Dark Horse Comics 2016
Written by Eric Heisserer
Illustrated by Miguel Sepulveda
Coloured by Javier Mena
Lettered by Nate Piekos of Blambot
Inspired by the Manga Series Lone Wolf and Cub by Kazuo Koike and Goseki Kojima.
A manmade virus is killing humanity. But young Daisy Ogami’s blood holds the possibility of a vaccine...if someone can be found to produce the vaccine who won’t simply use it to their own advantage. Daisy’s bodyguard, an android named Itto, is searching for that someone. Meanwhile, Daisy is pursued by forces determined that their nation will be the first to rise from the ravages of the plague. They intend inhuman treatment and unending captivity for the the girl, but they have not reckoned with Itto’s hardwired loyalty and unlimited resourcefulness…
It seems that this is a great time to be a comics fan. Let’s face it there are a plethora of movies, television shows and cartoons out there based on comics and meanwhile quietly companies like Dark Horse are allowing creators such as this very team to tell stories that have just as much impact if not more so on an audience, given the chance. I mean let’s face it one of Manga’s most influential series ever made is the basis of this book and the homage is lovely and yet Eric made it all his own, took it in this incredibly “now” direction and setting and yet I can still feel the whole underlying sensibilities that come from the original work.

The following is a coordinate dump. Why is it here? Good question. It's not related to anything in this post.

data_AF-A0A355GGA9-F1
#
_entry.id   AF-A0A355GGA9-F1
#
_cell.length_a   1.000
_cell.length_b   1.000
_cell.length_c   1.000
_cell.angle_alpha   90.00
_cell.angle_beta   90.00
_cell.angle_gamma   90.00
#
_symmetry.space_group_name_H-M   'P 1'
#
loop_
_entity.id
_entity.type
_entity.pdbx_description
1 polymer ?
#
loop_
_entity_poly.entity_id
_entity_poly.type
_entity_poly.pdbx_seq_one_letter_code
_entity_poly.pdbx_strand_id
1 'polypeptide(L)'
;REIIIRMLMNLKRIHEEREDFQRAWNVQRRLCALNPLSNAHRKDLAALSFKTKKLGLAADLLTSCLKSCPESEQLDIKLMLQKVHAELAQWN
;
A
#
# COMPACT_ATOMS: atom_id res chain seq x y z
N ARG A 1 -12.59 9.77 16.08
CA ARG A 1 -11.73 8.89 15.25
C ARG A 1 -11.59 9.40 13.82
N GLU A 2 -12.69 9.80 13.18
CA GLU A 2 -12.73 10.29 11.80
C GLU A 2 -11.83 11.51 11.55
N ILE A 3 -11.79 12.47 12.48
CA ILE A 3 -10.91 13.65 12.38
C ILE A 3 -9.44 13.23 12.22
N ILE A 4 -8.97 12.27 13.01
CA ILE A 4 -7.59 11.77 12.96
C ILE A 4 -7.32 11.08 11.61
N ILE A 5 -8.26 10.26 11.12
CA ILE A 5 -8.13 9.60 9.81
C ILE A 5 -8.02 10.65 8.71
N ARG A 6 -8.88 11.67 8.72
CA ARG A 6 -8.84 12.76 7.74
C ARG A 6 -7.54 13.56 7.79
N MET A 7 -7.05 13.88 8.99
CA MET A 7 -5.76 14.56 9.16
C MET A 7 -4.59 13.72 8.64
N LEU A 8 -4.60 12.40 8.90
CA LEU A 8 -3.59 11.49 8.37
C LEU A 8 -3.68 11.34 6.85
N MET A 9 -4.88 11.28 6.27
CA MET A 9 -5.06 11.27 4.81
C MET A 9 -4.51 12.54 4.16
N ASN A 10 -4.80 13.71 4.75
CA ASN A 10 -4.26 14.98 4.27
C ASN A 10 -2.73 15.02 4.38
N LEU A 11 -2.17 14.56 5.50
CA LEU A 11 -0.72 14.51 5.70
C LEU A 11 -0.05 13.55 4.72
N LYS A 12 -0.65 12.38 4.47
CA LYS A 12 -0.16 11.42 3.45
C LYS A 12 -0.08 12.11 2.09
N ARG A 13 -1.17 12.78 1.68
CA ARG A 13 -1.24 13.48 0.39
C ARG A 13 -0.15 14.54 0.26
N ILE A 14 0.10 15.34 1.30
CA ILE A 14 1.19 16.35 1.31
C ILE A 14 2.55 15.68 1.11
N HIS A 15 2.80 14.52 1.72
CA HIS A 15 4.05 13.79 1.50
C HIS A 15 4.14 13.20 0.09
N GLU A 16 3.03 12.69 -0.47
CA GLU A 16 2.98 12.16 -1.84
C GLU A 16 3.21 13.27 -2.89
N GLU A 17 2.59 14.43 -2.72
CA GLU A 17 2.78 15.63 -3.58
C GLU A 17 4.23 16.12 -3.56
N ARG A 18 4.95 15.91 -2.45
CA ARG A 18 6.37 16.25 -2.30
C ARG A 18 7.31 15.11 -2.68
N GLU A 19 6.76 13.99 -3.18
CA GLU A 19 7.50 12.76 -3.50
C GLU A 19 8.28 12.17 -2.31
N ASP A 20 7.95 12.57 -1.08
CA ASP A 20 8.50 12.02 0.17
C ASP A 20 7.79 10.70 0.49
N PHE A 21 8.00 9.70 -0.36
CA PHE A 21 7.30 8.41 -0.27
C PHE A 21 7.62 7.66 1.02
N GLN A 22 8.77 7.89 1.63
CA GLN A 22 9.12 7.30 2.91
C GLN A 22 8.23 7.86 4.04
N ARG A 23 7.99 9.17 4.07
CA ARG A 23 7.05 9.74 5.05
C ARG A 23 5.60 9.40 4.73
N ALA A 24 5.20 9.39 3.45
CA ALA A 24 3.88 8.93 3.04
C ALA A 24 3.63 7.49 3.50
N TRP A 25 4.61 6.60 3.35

Then there’s Miguel and Javier of whom I am fans of. The bring the visuals into the now and future so wonderfully. The attention to detail, the crispness of the line-work and the use of backgrounds on the pages and in panels really helps to give us this really complete look and sense of this world. As with the opening of this issue, it’s perfectly clear that much of the world has been lost and places have been abandoned yet we see that civilisation while having taken a beating hasn’t given up. There’s a sense of hope among the despair and that’s huge for this type of story to thrive.
Actually I have to say that duality of hope and despair is a main theme throughout this issue. As Itto and Daisy have found a ranch to stay at full of children whom for whatever reason weren’t attacked by those infected with the T-Virus. The characterization here is really very well done to the extent that you both have this rooting for life for them to be simple and carefree and yet you know they have live on the run to keep themselves and everyone else safe at the same time. The idea behind the ranch is lovely and while honestly I kept expecting Elmore to betray them in some dramatic fashion. You really have to read the story though to get the full experience and understand, catch onto the subtle things Eric puts into it. After the second and third read-through I finally found the clues I was looking for in it.
The whole premise here is just simply one of the most interesting around. While it contains familiar elements to it there’s a great uniqueness that allows Eric to really explore it as he wants to without fear, from me anyway, of restrictions or comparison. The execution all around is done almost divinely it’s that good and immaculate.
Science fiction/horror/action/adventure has found a new lead and it’s right here!